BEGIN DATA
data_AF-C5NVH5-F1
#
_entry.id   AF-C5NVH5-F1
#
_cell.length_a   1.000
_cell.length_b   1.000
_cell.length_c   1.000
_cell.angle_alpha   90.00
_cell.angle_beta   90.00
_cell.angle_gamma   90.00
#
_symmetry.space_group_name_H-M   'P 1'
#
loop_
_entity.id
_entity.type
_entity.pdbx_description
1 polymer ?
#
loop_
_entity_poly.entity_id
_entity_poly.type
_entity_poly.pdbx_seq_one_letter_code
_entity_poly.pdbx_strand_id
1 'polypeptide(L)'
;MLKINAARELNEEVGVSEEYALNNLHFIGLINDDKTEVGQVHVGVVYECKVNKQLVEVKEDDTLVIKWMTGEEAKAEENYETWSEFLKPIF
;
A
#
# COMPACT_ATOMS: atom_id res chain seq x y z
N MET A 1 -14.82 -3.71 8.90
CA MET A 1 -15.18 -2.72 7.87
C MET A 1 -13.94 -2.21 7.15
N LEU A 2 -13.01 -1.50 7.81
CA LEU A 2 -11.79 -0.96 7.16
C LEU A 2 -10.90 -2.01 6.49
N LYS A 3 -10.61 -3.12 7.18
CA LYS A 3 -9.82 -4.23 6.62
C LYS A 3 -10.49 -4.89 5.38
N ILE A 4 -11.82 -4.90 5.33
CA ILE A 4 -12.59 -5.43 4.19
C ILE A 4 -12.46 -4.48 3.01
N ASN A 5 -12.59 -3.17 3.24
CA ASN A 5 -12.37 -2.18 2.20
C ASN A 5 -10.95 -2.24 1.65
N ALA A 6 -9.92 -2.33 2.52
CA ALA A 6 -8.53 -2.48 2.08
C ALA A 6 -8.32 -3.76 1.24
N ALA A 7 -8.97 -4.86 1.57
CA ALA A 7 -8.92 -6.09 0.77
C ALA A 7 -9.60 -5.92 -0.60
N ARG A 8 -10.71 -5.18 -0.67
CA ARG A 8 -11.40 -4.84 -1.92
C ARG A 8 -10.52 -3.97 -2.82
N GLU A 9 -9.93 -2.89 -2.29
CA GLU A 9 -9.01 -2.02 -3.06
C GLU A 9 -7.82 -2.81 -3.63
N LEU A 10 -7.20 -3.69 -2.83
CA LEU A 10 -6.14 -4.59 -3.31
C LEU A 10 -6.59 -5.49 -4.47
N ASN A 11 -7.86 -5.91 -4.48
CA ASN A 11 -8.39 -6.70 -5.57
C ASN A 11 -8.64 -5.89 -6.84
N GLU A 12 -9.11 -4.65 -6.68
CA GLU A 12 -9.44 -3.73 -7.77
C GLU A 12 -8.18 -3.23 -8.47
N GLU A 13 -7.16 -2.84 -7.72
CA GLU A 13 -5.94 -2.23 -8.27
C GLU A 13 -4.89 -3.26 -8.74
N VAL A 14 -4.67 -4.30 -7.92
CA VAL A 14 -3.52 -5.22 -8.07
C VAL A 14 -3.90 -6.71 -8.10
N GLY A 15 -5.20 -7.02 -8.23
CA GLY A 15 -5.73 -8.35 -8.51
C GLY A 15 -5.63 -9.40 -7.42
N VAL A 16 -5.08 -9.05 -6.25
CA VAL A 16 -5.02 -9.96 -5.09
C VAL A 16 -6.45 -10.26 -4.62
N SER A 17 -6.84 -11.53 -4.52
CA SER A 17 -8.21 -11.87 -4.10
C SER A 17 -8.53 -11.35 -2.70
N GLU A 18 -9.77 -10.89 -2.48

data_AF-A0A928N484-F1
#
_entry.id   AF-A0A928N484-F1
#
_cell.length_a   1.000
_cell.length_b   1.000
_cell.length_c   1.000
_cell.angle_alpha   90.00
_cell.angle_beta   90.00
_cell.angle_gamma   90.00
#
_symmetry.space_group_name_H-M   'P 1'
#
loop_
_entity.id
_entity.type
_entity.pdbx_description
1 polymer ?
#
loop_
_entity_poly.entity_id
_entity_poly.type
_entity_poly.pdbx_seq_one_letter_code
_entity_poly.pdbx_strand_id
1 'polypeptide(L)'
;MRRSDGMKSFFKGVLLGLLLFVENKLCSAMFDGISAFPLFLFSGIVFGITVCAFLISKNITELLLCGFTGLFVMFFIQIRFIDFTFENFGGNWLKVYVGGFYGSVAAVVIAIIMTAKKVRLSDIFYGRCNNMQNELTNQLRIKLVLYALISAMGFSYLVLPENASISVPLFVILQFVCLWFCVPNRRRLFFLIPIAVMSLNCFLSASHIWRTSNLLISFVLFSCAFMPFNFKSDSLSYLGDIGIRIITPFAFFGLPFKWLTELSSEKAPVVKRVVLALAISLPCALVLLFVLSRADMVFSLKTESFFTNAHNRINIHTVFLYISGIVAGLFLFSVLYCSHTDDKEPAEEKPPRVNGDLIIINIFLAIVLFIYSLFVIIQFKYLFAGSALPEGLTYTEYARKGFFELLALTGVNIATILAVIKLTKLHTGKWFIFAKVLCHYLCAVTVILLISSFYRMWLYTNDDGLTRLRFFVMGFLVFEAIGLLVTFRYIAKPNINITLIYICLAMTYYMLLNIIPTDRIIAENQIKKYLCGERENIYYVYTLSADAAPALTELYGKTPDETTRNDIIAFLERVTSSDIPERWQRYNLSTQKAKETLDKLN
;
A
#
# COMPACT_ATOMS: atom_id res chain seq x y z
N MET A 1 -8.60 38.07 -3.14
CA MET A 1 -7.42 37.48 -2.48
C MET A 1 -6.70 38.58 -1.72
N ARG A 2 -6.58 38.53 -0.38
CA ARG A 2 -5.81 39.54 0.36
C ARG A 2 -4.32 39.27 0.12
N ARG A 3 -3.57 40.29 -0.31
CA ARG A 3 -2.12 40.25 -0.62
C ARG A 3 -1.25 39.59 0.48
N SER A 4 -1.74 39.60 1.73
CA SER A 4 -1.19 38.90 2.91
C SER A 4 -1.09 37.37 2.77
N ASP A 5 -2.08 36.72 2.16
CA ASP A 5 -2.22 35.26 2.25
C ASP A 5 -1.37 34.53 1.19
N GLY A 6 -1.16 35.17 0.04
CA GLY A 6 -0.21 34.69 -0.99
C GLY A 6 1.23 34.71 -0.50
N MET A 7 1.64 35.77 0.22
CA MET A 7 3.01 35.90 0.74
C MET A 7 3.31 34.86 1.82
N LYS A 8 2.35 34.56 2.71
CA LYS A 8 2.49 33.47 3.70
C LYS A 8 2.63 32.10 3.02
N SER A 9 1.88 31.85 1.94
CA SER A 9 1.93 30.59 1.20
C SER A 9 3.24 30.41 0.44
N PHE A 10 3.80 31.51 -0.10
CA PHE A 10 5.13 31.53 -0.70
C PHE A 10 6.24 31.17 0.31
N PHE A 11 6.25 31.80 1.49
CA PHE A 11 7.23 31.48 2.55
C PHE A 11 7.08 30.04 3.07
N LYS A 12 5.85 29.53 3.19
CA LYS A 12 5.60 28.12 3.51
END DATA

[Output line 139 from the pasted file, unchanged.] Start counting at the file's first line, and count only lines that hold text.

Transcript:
C SER A 9 3.24 30.41 0.44